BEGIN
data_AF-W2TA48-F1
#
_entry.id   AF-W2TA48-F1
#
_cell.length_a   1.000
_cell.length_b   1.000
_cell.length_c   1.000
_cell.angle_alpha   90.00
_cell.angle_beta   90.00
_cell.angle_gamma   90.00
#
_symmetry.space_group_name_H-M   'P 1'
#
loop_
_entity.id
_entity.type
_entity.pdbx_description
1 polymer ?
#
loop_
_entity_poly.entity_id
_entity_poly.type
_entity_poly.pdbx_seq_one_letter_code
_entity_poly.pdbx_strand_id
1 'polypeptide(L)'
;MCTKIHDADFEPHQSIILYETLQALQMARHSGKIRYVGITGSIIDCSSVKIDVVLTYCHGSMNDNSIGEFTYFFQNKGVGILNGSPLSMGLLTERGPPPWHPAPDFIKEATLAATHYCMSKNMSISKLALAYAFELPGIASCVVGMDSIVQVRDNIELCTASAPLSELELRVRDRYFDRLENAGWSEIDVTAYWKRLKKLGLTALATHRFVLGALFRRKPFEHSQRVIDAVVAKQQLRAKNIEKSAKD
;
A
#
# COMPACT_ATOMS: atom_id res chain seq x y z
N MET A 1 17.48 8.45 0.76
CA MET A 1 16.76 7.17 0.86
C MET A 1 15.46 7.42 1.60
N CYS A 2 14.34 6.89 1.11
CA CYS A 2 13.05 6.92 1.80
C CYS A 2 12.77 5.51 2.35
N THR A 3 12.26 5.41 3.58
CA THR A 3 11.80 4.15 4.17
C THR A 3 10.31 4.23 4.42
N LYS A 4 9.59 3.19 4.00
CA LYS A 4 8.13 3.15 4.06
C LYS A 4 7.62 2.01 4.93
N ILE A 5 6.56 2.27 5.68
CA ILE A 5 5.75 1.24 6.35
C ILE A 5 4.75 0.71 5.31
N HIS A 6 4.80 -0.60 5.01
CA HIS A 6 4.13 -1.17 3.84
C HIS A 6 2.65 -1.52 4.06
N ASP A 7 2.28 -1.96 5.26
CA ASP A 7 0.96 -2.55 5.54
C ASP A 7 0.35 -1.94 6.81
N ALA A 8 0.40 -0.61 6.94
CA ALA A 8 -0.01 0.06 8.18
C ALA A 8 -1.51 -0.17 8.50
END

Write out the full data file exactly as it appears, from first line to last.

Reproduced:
data_AF-W2TA48-F1
#
_entry.id   AF-W2TA48-F1
#
_cell.length_a   1.000
_cell.length_b   1.000
_cell.length_c   1.000
_cell.angle_alpha   90.00
_cell.angle_beta   90.00
_cell.angle_gamma   90.00
#
_symmetry.space_group_name_H-M   'P 1'
#
loop_
_entity.id
_entity.type
_entity.pdbx_description
1 polymer ?
#
loop_
_entity_poly.entity_id
_entity_poly.type
_entity_poly.pdbx_seq_one_letter_code
_entity_poly.pdbx_strand_id
1 'polypeptide(L)'
;MCTKIHDADFEPHQSIILYETLQALQMARHSGKIRYVGITGSIIDCSSVKIDVVLTYCHGSMNDNSIGEFTYFFQNKGVGILNGSPLSMGLLTERGPPPWHPAPDFIKEATLAATHYCMSKNMSISKLALAYAFELPGIASCVVGMDSIVQVRDNIELCTASAPLSELELRVRDRYFDRLENAGWSEIDVTAYWKRLKKLGLTALATHRFVLGALFRRKPFEHSQRVIDAVVAKQQLRAKNIEKSAKD
;
A
#
# COMPACT_ATOMS: atom_id res chain seq x y z
N MET A 1 17.48 8.45 0.76
CA MET A 1 16.76 7.17 0.86
C MET A 1 15.46 7.42 1.60
N CYS A 2 14.34 6.89 1.11
CA CYS A 2 13.05 6.92 1.80
C CYS A 2 12.77 5.51 2.35
N THR A 3 12.26 5.41 3.58
CA THR A 3 11.80 4.15 4.17
C THR A 3 10.31 4.23 4.42
N LYS A 4 9.59 3.19 4.00
CA LYS A 4 8.13 3.15 4.06
C LYS A 4 7.62 2.01 4.93
N ILE A 5 6.56 2.27 5.68
CA ILE A 5 5.75 1.24 6.35
C ILE A 5 4.75 0.71 5.31
N HIS A 6 4.80 -0.60 5.01
CA HIS A 6 4.13 -1.17 3.84
C HIS A 6 2.65 -1.52 4.06
N ASP A 7 2.28 -1.96 5.26
CA ASP A 7 0.96 -2.55 5.54
C ASP A 7 0.35 -1.94 6.81
N ALA A 8 0.40 -0.61 6.94
CA ALA A 8 -0.01 0.06 8.18
C ALA A 8 -1.51 -0.17 8.50